Thursday, October 10, 2013

Blog: Internet Sorcery Writing

As a traditional agricultural language with a severely limited vocabulary, Fulfuldé tends to be easy for the non-Fulbé speaker to pick up.  There are areas in which, like the Inuit and his famous 100 descriptors of snow, Fulfuldé soars to linguistic heights I had not imagined were necessary; for example, the verb “to harvest” can take one of many forms, depending on the crop, the season, the amount of rain at time of harvest, and exactly what’s being done to which part of the plant, and by whom. Religion has taken as its own a fair number of words from Arabic; folding clothes and folding a prayer mat use different verbs.

In most ways, though, Fulfuldé is pretty basic, borrowing any vocabulary that was not relevant 500 years ago from French—thus “fork”, “airplane”, “school”, and “bureaucrat” were sewn on whole cloth.  Sometimes, though, Fulfulde uses what common words exist to create remarkable talk-arounds, which make perfect sense, but still amuse me.

Fruit: bukkoy lédé, “tree children”

Puppy: bikkoy rawanduu, “dog-child”

Caucasian (straight) hair: gasa basgojé-basgojé, “okra hair”… because it’s slippery.

Market bag: waaka dada, “the thing that mamas put on their heads”.  This is disingenuous; mamas put everything on their heads.

Mean, cruel: nyadi, “bad meat”

Complain: wolwugo be holo, “talk noisily”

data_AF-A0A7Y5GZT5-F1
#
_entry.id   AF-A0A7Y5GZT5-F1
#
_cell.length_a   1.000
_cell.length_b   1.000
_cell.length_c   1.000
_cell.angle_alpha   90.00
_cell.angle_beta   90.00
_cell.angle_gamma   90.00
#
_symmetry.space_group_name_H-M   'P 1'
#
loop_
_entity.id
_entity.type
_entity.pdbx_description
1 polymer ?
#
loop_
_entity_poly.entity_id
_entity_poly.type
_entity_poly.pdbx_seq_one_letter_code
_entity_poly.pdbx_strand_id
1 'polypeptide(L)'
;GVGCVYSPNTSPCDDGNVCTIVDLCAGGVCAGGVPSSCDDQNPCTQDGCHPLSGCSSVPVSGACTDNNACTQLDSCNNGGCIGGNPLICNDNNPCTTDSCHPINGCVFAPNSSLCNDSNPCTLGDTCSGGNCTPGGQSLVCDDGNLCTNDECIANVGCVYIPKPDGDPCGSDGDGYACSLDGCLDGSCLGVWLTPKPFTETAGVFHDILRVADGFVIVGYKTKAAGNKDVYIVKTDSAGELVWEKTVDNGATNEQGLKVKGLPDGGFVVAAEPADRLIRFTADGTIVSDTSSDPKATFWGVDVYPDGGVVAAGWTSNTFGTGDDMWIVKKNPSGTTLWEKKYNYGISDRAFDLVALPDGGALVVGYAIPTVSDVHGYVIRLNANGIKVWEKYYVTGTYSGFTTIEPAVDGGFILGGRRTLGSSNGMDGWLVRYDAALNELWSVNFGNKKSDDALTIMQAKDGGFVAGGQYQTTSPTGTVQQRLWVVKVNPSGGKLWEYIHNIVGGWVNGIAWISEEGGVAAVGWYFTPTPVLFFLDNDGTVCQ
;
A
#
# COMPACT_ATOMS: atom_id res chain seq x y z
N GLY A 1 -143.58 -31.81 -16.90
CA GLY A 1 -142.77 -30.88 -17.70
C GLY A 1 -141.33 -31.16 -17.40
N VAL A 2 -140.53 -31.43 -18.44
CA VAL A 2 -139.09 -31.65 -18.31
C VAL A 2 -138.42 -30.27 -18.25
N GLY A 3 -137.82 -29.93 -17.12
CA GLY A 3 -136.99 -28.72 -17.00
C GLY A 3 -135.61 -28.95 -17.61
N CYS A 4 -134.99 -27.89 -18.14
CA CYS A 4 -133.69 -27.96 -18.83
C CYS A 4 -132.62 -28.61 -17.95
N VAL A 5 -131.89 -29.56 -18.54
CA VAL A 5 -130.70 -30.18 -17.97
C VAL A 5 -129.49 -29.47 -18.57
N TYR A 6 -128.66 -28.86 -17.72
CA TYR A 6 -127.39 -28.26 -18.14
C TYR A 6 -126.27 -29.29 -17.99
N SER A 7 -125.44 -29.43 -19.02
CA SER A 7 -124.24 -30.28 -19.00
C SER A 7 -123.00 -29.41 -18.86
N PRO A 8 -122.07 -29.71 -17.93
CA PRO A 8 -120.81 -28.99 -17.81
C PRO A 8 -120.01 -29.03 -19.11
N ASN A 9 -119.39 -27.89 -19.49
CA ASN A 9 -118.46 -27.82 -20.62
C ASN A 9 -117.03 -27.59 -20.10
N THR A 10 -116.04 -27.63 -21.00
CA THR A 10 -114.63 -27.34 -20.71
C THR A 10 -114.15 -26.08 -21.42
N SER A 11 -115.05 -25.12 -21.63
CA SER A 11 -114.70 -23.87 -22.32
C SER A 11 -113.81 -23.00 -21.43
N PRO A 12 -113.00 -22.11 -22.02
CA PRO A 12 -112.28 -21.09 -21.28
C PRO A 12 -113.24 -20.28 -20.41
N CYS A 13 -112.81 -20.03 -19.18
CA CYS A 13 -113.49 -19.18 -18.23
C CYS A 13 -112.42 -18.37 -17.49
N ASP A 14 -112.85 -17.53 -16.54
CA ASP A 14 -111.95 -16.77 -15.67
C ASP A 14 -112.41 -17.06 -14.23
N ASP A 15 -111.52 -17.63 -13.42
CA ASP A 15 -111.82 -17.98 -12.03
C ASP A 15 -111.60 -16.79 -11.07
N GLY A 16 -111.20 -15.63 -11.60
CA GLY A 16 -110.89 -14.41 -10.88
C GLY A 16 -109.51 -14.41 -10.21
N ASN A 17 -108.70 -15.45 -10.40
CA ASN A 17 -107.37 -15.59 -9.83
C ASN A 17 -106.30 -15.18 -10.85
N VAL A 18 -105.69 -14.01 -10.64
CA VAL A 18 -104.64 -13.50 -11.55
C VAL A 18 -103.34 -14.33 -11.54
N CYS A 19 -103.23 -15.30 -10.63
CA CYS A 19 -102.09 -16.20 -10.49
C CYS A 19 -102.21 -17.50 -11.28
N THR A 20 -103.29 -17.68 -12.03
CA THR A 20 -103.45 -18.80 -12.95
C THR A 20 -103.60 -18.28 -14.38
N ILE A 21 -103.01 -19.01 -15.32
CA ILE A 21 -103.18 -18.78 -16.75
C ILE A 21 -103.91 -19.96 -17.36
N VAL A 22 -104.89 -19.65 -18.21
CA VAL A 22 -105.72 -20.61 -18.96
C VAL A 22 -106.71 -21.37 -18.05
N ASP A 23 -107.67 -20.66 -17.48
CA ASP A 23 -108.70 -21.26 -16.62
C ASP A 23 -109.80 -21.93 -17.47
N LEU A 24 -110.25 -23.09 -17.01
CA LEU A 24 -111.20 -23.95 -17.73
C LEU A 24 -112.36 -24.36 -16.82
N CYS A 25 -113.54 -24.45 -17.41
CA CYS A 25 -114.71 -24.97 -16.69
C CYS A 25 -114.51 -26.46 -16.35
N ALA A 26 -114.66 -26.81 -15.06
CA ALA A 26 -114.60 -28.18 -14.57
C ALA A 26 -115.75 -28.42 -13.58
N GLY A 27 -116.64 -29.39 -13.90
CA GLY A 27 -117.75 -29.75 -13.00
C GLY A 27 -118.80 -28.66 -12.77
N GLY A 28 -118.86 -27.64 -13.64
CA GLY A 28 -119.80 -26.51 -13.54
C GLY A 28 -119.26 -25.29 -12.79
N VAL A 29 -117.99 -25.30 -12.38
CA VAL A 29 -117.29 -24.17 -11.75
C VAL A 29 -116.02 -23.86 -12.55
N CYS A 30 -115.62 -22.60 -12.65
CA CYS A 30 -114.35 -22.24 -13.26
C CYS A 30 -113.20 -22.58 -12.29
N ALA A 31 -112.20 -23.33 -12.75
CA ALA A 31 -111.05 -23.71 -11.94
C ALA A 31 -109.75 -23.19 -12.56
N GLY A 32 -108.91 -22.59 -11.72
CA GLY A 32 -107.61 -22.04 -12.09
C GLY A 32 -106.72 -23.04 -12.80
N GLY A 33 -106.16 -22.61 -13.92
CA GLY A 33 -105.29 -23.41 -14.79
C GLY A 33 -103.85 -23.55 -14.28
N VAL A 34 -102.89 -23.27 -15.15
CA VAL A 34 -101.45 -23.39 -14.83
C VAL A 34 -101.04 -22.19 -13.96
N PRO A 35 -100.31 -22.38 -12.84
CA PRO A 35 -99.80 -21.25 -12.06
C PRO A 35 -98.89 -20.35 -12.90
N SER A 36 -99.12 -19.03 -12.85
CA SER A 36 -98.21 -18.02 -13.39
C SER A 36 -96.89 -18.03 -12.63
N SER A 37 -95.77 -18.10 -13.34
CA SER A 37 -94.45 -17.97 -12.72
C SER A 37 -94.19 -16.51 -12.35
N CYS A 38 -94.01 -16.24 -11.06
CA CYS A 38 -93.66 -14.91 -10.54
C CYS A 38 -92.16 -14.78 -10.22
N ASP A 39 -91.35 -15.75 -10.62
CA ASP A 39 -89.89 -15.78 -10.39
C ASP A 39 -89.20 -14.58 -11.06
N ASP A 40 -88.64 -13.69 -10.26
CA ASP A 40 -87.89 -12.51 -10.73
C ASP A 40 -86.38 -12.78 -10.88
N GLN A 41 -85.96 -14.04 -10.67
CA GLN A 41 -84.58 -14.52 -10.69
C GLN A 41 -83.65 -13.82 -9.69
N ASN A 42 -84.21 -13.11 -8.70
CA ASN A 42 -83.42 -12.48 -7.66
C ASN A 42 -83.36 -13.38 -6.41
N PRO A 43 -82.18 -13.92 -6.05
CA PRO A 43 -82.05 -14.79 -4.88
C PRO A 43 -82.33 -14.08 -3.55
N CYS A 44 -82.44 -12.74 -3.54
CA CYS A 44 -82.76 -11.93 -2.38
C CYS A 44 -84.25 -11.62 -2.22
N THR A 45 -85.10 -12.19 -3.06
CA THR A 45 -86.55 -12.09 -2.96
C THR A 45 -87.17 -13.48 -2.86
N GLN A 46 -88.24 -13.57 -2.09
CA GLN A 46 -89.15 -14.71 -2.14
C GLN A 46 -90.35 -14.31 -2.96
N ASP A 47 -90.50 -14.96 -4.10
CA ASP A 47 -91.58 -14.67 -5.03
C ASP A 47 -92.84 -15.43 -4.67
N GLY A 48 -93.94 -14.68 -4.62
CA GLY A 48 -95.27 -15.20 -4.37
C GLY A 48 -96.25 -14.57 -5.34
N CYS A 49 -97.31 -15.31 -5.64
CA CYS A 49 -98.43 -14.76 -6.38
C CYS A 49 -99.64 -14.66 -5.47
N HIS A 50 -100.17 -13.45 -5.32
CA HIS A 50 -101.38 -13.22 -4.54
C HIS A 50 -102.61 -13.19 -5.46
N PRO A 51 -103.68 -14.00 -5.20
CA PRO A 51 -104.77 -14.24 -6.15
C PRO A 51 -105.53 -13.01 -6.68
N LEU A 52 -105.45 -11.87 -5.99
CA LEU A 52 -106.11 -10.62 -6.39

To cook meat: wulugo, “burn”.  This is the same verb used to describe burning trash, or burning the fields after the harvest.  Well done indeed.

Ink: dawa da’ché, “charcoal-tree sap”

Drown (sadly this happened a few times when the rains started; suddenly there was a river to bathe in, and no one knows how to swim): mayugo nder ndyam, “die inside water”

I should note that Fulfuldé varies pretty widely by region.  The joke goes that it was born in the Extreme North, grew up in the North, got old in the Adamaoua, and went to die in the East—where it’s so slangy and mixed with languages coming in from the CAR and the Congo that I had a hard time understanding much more than basic greetings.  By the standards of Maroua, where Fulbé intellectuals speak the Northern version of Queen’s English (Lamido’s Fulfuldé?), villageoise language is childish; there may be actual words for smooth hair, or ink, but here they’re explained conceptually (black like charcoal, runs like sap…)

I recently began organizing weekly French classes for women with a primary school teacher, Gertrude.  One of my first friends in Mandama, Gertrude and I had talked frequently about barriers to development and education in the North.  We recognized that women’s illiteracy and lack of dominant language skills is a huge impediment to their involvement in the workforce and their entry into higher education—in short, it is one of the primary factors keeping cyclical poverty in place.  Although neither of us are native Fulbé speakers—Gertrude is from the dirty South and loud enough to leave no doubt of the fact—she has been in Mandama for 6 years and is more than competent in Fulfuldé.  We decided it would be better for us to teach, as living examples of women’s empowerment, than to enlist a Fulfuldé speaking male teacher.  If all goes well, we will begin the classes in November, when the peanut harvest is over, using Fulfuldé as the language of instruction to teach French.  I’m sure this will vastly improve my Fulfuldé fluency—and I’m sure I’ll run across more charmingly literal word-chain descriptors.  Look out for them in the months to come.

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